“They’re the little souvenir bats that you buy in baseball parks,” Hall told The Washington Post. “They could be used as a weapon, but so could a number of things in a classroom.”
Hall said Millcreek officials have periodically discussed how to respond to school shootings for about five years but always with a focus on hiding from an attacker. However, the Feb. 14 shooting at Marjory Stoneman Douglas High School in Parkland, Fla., prompted the northwestern Pennsylvania district to revisit its policies, he said.
“Obviously, after Parkland, we went back and looked at our active shooter and hard lockdown response and realized that it had to change,” Hall said. “We had basically adopted the ‘just lock the doors and turn the lights out and hide’ approach in terms of the response. … [The modified plan] includes not just hiding but also running and, as a last resort, having to fight as necessary.”
The Parkland shooting — one of several school attacks in 2018 — left 17 students and staff members dead, and it immediately jolted nationwide discussions about school safety and gun control. In the weeks after the Florida tragedy, President Trump continued to push a proposal to arm schoolteachers.
On the other hand, the shooting also seemed to galvanize a new generation of activists, including many teenagers from Parkland, in support of stricter gun control. Hundreds of thousands of protesters appeared at March for Our Lives rallies across the country March 24 to call for an end to gun violence.
For the Millcreek school district, the response was somewhere in the middle, Hall said. Shortly after the Parkland shooting, the district sent out a survey asking how parents would feel about arming people at its schools who were not police officers.
“We weren’t at the time seriously looking at that, but we were wanting to gauge how our community felt about having a non-SRO gun presence,” Hall said. “There’s an expense involved in that, laws and training and liability — it’s problematic, obviously.”
The survey also included a space people could write in suggestions for other ways to protect students. People suggested arming teachers with rat poison, Mace and, yes, baseball bats.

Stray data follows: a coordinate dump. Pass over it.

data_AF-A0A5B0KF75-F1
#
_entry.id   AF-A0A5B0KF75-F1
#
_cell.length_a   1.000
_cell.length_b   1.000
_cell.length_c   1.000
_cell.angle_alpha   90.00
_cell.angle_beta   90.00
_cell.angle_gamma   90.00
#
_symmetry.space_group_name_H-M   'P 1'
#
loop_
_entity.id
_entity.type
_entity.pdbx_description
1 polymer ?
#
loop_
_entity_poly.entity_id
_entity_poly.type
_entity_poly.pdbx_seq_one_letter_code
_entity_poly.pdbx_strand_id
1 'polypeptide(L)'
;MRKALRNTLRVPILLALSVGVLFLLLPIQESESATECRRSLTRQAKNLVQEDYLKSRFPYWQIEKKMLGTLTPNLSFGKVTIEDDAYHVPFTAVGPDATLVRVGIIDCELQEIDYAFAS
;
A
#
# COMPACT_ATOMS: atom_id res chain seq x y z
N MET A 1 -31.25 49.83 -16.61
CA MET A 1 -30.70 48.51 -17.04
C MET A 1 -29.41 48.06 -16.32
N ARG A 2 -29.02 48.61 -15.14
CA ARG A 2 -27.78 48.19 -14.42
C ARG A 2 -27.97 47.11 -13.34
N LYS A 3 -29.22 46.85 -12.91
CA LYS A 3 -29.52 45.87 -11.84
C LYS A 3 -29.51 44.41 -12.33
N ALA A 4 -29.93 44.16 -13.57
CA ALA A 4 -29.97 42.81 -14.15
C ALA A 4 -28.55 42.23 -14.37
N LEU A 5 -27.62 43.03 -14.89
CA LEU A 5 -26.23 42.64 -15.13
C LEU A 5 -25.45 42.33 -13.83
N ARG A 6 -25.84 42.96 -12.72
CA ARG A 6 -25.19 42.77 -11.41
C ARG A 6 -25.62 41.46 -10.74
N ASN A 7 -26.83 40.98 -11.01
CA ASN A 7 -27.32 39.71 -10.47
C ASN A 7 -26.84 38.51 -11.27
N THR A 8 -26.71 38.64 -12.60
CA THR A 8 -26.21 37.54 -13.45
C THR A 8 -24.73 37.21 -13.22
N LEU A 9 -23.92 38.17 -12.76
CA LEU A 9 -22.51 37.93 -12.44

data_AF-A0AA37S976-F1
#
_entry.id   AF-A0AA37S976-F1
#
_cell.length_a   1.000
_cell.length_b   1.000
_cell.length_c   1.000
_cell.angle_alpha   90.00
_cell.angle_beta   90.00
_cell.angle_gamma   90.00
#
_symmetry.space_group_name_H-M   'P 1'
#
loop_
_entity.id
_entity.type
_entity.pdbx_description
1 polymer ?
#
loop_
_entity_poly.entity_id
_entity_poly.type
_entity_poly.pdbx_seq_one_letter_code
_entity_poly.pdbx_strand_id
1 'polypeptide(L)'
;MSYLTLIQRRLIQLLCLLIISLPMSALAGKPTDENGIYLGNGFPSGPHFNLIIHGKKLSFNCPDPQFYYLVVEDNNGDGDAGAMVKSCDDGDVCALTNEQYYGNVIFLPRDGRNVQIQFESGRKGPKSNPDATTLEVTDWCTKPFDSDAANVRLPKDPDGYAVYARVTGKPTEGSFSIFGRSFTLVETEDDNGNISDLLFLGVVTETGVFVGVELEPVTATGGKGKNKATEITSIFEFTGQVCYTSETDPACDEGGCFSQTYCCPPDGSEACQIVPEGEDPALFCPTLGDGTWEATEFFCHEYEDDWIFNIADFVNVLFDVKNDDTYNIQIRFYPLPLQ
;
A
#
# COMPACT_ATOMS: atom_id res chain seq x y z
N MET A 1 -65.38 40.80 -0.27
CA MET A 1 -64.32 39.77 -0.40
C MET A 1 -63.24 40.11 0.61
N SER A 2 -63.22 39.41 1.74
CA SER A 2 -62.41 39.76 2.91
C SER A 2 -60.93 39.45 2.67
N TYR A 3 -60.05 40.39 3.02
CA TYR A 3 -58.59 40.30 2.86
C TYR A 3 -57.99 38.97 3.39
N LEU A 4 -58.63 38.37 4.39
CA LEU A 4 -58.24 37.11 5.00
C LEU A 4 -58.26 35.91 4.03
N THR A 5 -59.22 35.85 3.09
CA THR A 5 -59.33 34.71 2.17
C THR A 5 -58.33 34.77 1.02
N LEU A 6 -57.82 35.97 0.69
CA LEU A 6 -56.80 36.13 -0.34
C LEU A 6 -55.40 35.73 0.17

The district decided it would move forward with nearly a dozen safety improvements, including building a concrete wall and an open walkway linking two of its campuses, installing security film on its windows and constructing “secured entrances” at five of its schools over the summer.
It also revised its active-shooter response plan to emphasize fighting back as an option. (True to the education world, the new plan was rolled out with an acronym — T.R.O.J.A.N. — that is also the name of one of the district’s mascots. The “A” stands for “Attack,” Hall said.)
To drive the point home, the district ordered $1,800 worth of the baseball bats and handed them out to teachers at a recent in-service training session about school safety.
“We want to change the culture in our district to incorporate best practices,” Hall said. “The little miniature bat was more of a symbolic gesture. … Unfortunately, it might come down to a situation where it’s one on one. It’s about educating people that you may need to find something in that immediate environment to protect yourself.”
Hall said the bats will be locked away during the school day and are a “last resort” option. Jon Cacchione, president of the Millcreek education union, said he supported the bats, according to Erie News Now, which first reported the news.
Hall told the news site the goal was for every classroom to have one. “Unfortunately, we’re in a day and age where one might need to use them to protect ourselves and our kids.”
However, on Wednesday, Hall emphasized to The Post that the bats were part of many other steps the district was taking to improve school safety.
“The bat story, it’s taken on a life of its own, unfortunately,” Hall said. “At the same time, I’m kind of okay with that. I want people to know that we’re looking at everything. [The bats are] obviously not the first option.”
He said district officials had not taken their cues from the Blue Mountain School District, also in Pennsylvania, which recently opted to provide buckets of rocks to students as a last-ditch effort to stop school shooters.
“They’re probably getting some heat, too. ‘What do you mean? You’re going to fight a shooter with a rock?’ ” Hall said. “That’s kind of a narrow-minded response. That’s really not what it’s about. Having a rock or a miniature baseball bat as opposed to nothing — well, that’s better than nothing.”